(Recasts with Biden denial, changes headline, adds quote, WASHINGTON dateline)
By Soo-hyang Choi and Trevor Hunnicutt
SEOUL/WASHINGTON, Jan 2 (Reuters) – The United States is not discussing joint nuclear exercises with South Korea, President Joe Biden said on Monday, contradicting remarks by his South Korean counterpart as tensions flare with North Korea.
South Korean President Yoon Suk-yeol had said that Seoul and Washington are discussing possible joint exercises using U.S. nuclear assets, while North Korean leader Kim Jong Un branded the South its “undoubted enemy”.
“No,” Biden said when asked by reporters at the White House if he was currently discussing joint nuclear exercises with South Korea. He had just returned from a vacation in the U.S. Virgin Islands, where he was accompanied by his national security adviser, Jake Sullivan.
Yoon’s comments, in a newspaper interview published on Monday, followed his call for “war preparation” with an “overwhelming” capability, after a year of a record number of North Korean missile tests and the intrusion of North Korean drones into the South last week.
“The nuclear weapons belong to the United States, but planning, information sharing, exercises and training should be jointly conducted by South Korea and the United States,” Yoon said in the interview with the Chosun Ilbo newspaper.
The newspaper quoted Yoon as saying the joint planning and exercises would be aimed at a more effective implementation of the U.S. “extended deterrence” and that Washington was also “quite positive” about the idea.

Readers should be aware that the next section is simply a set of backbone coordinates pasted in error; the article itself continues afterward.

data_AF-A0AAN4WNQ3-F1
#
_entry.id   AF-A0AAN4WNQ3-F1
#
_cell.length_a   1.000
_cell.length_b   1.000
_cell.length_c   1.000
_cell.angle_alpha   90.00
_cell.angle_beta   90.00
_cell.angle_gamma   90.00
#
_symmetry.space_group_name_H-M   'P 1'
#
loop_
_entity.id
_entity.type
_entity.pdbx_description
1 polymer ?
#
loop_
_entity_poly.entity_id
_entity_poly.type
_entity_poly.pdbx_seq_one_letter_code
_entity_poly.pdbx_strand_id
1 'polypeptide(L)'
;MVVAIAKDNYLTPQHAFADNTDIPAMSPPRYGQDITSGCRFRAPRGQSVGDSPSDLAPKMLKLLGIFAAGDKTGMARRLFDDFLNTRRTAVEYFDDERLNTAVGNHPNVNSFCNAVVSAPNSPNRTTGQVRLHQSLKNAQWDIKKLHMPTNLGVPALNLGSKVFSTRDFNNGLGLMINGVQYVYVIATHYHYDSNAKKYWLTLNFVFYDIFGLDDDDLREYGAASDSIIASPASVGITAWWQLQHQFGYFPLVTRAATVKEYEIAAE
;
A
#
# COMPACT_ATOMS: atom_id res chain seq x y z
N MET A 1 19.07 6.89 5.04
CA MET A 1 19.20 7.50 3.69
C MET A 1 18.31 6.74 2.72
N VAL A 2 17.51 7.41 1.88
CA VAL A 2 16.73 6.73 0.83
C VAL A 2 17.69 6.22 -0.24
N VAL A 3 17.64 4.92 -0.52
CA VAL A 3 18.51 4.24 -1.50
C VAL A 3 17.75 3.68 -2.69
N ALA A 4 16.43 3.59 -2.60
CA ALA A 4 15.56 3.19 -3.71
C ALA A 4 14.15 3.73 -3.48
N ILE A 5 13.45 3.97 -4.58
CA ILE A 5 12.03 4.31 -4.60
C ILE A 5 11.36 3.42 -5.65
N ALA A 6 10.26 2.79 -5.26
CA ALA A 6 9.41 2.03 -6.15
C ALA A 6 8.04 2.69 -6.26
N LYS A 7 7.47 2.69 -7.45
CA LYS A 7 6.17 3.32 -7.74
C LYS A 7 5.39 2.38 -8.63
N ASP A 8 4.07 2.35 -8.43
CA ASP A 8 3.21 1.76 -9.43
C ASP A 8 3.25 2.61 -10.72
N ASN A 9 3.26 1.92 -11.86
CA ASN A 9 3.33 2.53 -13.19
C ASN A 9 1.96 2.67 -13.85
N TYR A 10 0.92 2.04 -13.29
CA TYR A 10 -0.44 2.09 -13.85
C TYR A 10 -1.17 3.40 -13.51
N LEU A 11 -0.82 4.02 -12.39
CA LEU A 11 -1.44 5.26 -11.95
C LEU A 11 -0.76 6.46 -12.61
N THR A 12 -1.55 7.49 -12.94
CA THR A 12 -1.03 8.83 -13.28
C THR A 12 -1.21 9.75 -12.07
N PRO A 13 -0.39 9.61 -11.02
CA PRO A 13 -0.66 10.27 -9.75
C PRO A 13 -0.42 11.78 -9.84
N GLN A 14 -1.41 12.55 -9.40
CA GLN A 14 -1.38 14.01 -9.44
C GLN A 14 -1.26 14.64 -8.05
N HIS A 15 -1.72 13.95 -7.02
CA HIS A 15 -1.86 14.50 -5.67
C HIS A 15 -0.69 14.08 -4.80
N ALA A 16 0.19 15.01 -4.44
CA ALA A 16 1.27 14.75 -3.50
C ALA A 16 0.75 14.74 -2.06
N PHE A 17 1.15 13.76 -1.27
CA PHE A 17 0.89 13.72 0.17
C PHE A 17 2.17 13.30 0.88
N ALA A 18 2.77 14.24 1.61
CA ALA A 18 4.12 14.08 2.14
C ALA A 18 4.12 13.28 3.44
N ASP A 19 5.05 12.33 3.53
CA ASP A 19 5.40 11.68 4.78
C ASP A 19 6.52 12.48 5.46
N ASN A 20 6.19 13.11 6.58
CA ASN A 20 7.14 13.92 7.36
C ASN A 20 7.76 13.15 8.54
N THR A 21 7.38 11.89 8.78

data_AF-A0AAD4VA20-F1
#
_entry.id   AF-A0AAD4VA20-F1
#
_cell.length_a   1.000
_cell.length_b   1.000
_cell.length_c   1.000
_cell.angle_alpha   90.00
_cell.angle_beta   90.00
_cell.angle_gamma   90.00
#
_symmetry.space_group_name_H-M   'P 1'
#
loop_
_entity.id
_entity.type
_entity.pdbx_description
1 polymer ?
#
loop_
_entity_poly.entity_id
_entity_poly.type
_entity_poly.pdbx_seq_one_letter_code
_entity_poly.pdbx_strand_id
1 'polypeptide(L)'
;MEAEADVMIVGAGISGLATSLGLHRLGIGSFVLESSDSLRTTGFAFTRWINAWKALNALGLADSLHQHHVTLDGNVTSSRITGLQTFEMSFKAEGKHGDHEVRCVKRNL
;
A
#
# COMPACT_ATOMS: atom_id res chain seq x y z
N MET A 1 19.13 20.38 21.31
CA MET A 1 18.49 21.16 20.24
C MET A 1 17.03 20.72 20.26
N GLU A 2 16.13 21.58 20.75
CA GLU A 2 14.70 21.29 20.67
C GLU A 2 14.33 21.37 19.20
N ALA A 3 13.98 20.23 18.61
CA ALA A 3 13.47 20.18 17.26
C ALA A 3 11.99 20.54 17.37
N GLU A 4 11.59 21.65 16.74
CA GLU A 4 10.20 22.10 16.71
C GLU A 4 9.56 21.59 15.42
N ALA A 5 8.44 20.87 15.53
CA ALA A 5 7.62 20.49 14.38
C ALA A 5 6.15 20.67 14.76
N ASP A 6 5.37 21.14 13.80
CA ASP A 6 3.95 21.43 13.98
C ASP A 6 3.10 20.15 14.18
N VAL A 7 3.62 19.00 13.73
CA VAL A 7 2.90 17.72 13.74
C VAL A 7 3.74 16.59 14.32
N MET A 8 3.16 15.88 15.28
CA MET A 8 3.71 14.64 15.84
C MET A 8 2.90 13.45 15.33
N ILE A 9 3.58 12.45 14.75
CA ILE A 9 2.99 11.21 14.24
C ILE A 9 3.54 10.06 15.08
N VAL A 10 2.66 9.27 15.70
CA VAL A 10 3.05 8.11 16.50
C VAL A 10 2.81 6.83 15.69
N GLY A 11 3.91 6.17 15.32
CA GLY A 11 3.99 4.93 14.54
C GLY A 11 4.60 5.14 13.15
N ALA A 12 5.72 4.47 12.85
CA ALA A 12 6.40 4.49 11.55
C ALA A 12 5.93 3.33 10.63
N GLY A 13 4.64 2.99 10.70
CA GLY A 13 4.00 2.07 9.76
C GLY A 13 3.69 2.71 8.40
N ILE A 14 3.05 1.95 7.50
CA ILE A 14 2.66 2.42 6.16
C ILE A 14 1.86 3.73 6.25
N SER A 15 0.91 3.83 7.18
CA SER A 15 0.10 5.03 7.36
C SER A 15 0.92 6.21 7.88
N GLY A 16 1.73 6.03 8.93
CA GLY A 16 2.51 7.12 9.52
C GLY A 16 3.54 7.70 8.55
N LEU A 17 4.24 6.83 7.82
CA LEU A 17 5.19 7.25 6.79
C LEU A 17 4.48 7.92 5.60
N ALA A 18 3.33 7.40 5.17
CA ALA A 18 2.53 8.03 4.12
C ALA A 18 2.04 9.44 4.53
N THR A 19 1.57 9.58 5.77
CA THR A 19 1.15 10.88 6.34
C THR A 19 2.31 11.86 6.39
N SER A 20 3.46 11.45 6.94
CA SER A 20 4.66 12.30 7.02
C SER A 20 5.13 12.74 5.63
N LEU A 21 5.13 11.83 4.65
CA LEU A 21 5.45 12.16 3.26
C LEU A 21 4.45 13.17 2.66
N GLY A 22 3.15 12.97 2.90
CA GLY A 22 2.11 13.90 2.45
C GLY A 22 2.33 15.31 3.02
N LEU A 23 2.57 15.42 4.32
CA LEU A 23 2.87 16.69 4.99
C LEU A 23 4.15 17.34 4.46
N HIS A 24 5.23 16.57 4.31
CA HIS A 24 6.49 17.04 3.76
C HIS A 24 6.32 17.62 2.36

The term “extended deterrence” means the ability of the U.S. military, particularly its nuclear forces, to deter attacks on American allies.
The United States has long had an extended deterrence dialogue with Japan to talk about nuclear issues and initiated the same dialogue with South Korea in 2016, said Thomas Countryman, the former acting undersecretary of state for arms control, who chaired the dialogue’s first meeting.
“It’s not immediately clear what in President Yoon’s statement is new and what is a rephrasing of things that are already happening,” Countryman said on Monday in a phone interview.
Now board chairman of the Arms Control Association, Countryman said Yoon’s comments, directed at the South Korean people, appeared to be in response to what Countryman called North Korea’s provocations and rhetoric.
“I do see this as an effort by both President Yoon and the Biden administration to reassure the government and the people of South Korea, that the U.S. commitment remains solid.”
Yoon’s remarks were published a day after North Korean state media reported that its leader Kim had called for developing new intercontinental ballistic missiles (ICBMs) and an “exponential increase” of the country’s nuclear arsenal.
At a meeting of the ruling Workers’ Party last week, Kim said South Korea had become the North’s “undoubted enemy” and rolled out new military goals, hinting at another year of intensive weapons tests and tension.
Inter-Korean ties have long been testy but have been even more frayed since Yoon took office in May, promising a tougher stance on the North.
On Sunday, North Korea fired a short-range ballistic missile off its east coast, in a rare late-night, New Year’s Day weapons test, following three ballistic missiles launched on Saturday.
The North’s official KCNA news agency said the projectiles were fired from its super-large multiple rocket launcher system, which Kim said “has South Korea as a whole within the range of strike and is capable of carrying tactical nuclear warheads.” (Reporting by Soo-hyang Choi in Seoul and Trevor Hunnicutt in Washington; Additional reporting by Doina Chiacu and David Brunnstrom in Washington; Editing by Raju Gopalakrishnan, Howard Goller and Jonathan Oatis)